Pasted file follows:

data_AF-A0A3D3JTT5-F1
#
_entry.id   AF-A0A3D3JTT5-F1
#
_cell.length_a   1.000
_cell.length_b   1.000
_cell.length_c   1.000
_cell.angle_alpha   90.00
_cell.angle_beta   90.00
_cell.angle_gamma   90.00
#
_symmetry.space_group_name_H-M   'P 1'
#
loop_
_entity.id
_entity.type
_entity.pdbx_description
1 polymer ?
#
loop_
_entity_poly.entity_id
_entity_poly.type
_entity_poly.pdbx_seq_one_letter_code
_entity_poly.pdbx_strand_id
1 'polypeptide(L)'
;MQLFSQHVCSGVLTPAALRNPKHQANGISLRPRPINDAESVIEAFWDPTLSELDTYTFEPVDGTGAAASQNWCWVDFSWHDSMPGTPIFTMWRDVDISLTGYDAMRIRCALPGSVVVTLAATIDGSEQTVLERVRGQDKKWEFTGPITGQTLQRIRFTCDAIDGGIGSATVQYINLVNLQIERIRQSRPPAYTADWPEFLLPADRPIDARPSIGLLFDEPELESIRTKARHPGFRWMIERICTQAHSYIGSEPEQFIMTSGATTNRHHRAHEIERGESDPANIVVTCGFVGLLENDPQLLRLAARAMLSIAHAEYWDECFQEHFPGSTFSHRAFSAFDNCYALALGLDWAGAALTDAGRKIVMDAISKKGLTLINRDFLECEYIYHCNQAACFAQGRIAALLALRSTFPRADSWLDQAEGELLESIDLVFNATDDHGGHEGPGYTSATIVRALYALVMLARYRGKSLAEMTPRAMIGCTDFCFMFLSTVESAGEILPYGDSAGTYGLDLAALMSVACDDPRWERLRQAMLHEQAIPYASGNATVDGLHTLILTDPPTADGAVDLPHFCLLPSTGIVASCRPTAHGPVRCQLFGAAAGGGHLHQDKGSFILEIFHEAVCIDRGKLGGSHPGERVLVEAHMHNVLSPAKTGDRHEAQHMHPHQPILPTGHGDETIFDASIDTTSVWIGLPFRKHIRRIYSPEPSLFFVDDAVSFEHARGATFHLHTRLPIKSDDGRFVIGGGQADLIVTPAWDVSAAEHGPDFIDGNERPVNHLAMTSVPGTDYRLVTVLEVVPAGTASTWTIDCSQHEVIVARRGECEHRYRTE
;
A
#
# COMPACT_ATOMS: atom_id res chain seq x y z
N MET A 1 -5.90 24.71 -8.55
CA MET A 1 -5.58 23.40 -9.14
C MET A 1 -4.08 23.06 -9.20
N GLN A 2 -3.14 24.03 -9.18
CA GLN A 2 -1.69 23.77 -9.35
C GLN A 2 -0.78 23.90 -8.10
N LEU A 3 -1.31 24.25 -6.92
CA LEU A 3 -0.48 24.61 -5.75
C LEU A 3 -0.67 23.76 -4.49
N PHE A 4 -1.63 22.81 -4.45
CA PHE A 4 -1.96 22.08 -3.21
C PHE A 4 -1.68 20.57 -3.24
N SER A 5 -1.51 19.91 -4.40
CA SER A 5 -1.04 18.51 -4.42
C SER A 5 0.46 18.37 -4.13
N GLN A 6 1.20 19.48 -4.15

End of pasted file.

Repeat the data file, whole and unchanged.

data_AF-A0A3D3JTT5-F1
#
_entry.id   AF-A0A3D3JTT5-F1
#
_cell.length_a   1.000
_cell.length_b   1.000
_cell.length_c   1.000
_cell.angle_alpha   90.00
_cell.angle_beta   90.00
_cell.angle_gamma   90.00
#
_symmetry.space_group_name_H-M   'P 1'
#
loop_
_entity.id
_entity.type
_entity.pdbx_description
1 polymer ?
#
loop_
_entity_poly.entity_id
_entity_poly.type
_entity_poly.pdbx_seq_one_letter_code
_entity_poly.pdbx_strand_id
1 'polypeptide(L)'
;MQLFSQHVCSGVLTPAALRNPKHQANGISLRPRPINDAESVIEAFWDPTLSELDTYTFEPVDGTGAAASQNWCWVDFSWHDSMPGTPIFTMWRDVDISLTGYDAMRIRCALPGSVVVTLAATIDGSEQTVLERVRGQDKKWEFTGPITGQTLQRIRFTCDAIDGGIGSATVQYINLVNLQIERIRQSRPPAYTADWPEFLLPADRPIDARPSIGLLFDEPELESIRTKARHPGFRWMIERICTQAHSYIGSEPEQFIMTSGATTNRHHRAHEIERGESDPANIVVTCGFVGLLENDPQLLRLAARAMLSIAHAEYWDECFQEHFPGSTFSHRAFSAFDNCYALALGLDWAGAALTDAGRKIVMDAISKKGLTLINRDFLECEYIYHCNQAACFAQGRIAALLALRSTFPRADSWLDQAEGELLESIDLVFNATDDHGGHEGPGYTSATIVRALYALVMLARYRGKSLAEMTPRAMIGCTDFCFMFLSTVESAGEILPYGDSAGTYGLDLAALMSVACDDPRWERLRQAMLHEQAIPYASGNATVDGLHTLILTDPPTADGAVDLPHFCLLPSTGIVASCRPTAHGPVRCQLFGAAAGGGHLHQDKGSFILEIFHEAVCIDRGKLGGSHPGERVLVEAHMHNVLSPAKTGDRHEAQHMHPHQPILPTGHGDETIFDASIDTTSVWIGLPFRKHIRRIYSPEPSLFFVDDAVSFEHARGATFHLHTRLPIKSDDGRFVIGGGQADLIVTPAWDVSAAEHGPDFIDGNERPVNHLAMTSVPGTDYRLVTVLEVVPAGTASTWTIDCSQHEVIVARRGECEHRYRTE
;
A
#
# COMPACT_ATOMS: atom_id res chain seq x y z
N MET A 1 -5.90 24.71 -8.55
CA MET A 1 -5.58 23.40 -9.14
C MET A 1 -4.08 23.06 -9.20
N GLN A 2 -3.14 24.03 -9.18
CA GLN A 2 -1.69 23.77 -9.35
C GLN A 2 -0.78 23.90 -8.10
N LEU A 3 -1.31 24.25 -6.92
CA LEU A 3 -0.48 24.61 -5.75
C LEU A 3 -0.67 23.76 -4.49
N PHE A 4 -1.63 22.81 -4.45
CA PHE A 4 -1.96 22.08 -3.21
C PHE A 4 -1.68 20.57 -3.24
N SER A 5 -1.51 19.91 -4.40
CA SER A 5 -1.04 18.51 -4.42
C SER A 5 0.46 18.37 -4.13
N GLN A 6 1.20 19.48 -4.15